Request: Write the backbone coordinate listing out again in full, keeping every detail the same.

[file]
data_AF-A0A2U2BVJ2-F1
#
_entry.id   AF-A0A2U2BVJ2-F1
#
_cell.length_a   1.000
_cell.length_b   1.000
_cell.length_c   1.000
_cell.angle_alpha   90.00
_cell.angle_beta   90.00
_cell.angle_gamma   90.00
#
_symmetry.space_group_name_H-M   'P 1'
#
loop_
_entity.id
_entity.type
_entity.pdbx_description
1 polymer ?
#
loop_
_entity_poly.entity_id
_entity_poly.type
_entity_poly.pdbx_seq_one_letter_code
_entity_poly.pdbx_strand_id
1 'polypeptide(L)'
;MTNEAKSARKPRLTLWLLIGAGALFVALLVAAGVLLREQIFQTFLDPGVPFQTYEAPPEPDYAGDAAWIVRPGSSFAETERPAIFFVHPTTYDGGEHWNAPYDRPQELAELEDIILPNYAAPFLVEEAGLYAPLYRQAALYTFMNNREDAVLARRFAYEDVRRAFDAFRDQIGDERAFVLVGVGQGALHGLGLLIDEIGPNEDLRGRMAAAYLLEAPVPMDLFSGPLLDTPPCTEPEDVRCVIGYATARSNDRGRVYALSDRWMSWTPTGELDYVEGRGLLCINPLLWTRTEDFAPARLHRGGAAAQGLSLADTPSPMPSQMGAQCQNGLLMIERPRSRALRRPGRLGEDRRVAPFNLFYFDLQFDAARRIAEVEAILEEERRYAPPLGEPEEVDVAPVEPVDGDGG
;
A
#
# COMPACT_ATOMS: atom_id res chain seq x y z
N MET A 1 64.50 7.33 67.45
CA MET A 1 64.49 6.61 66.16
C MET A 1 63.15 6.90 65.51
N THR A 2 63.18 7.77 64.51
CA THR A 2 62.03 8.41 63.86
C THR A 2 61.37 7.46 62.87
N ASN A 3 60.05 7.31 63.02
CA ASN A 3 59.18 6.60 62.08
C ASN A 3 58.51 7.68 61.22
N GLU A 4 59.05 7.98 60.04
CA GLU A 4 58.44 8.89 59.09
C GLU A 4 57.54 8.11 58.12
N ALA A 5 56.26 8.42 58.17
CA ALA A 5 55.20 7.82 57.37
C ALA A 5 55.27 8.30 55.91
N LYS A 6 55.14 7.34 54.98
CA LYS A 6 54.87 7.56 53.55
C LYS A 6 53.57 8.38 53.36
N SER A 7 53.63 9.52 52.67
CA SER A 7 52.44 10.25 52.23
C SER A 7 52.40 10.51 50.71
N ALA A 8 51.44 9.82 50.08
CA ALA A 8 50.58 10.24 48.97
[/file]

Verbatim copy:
data_AF-A0A2U2BVJ2-F1
#
_entry.id   AF-A0A2U2BVJ2-F1
#
_cell.length_a   1.000
_cell.length_b   1.000
_cell.length_c   1.000
_cell.angle_alpha   90.00
_cell.angle_beta   90.00
_cell.angle_gamma   90.00
#
_symmetry.space_group_name_H-M   'P 1'
#
loop_
_entity.id
_entity.type
_entity.pdbx_description
1 polymer ?
#
loop_
_entity_poly.entity_id
_entity_poly.type
_entity_poly.pdbx_seq_one_letter_code
_entity_poly.pdbx_strand_id
1 'polypeptide(L)'
;MTNEAKSARKPRLTLWLLIGAGALFVALLVAAGVLLREQIFQTFLDPGVPFQTYEAPPEPDYAGDAAWIVRPGSSFAETERPAIFFVHPTTYDGGEHWNAPYDRPQELAELEDIILPNYAAPFLVEEAGLYAPLYRQAALYTFMNNREDAVLARRFAYEDVRRAFDAFRDQIGDERAFVLVGVGQGALHGLGLLIDEIGPNEDLRGRMAAAYLLEAPVPMDLFSGPLLDTPPCTEPEDVRCVIGYATARSNDRGRVYALSDRWMSWTPTGELDYVEGRGLLCINPLLWTRTEDFAPARLHRGGAAAQGLSLADTPSPMPSQMGAQCQNGLLMIERPRSRALRRPGRLGEDRRVAPFNLFYFDLQFDAARRIAEVEAILEEERRYAPPLGEPEEVDVAPVEPVDGDGG
;
A
#
# COMPACT_ATOMS: atom_id res chain seq x y z
N MET A 1 64.50 7.33 67.45
CA MET A 1 64.49 6.61 66.16
C MET A 1 63.15 6.90 65.51
N THR A 2 63.18 7.77 64.51
CA THR A 2 62.03 8.41 63.86
C THR A 2 61.37 7.46 62.87
N ASN A 3 60.05 7.31 63.02
CA ASN A 3 59.18 6.60 62.08
C ASN A 3 58.51 7.68 61.22
N GLU A 4 59.05 7.98 60.04
CA GLU A 4 58.44 8.89 59.09
C GLU A 4 57.54 8.11 58.12
N ALA A 5 56.26 8.42 58.17
CA ALA A 5 55.20 7.82 57.37
C ALA A 5 55.27 8.30 55.91
N LYS A 6 55.14 7.34 54.98
CA LYS A 6 54.87 7.56 53.55
C LYS A 6 53.57 8.38 53.36
N SER A 7 53.63 9.52 52.67
CA SER A 7 52.44 10.25 52.23
C SER A 7 52.40 10.51 50.71
N ALA A 8 51.44 9.82 50.08
CA ALA A 8 50.58 10.24 48.97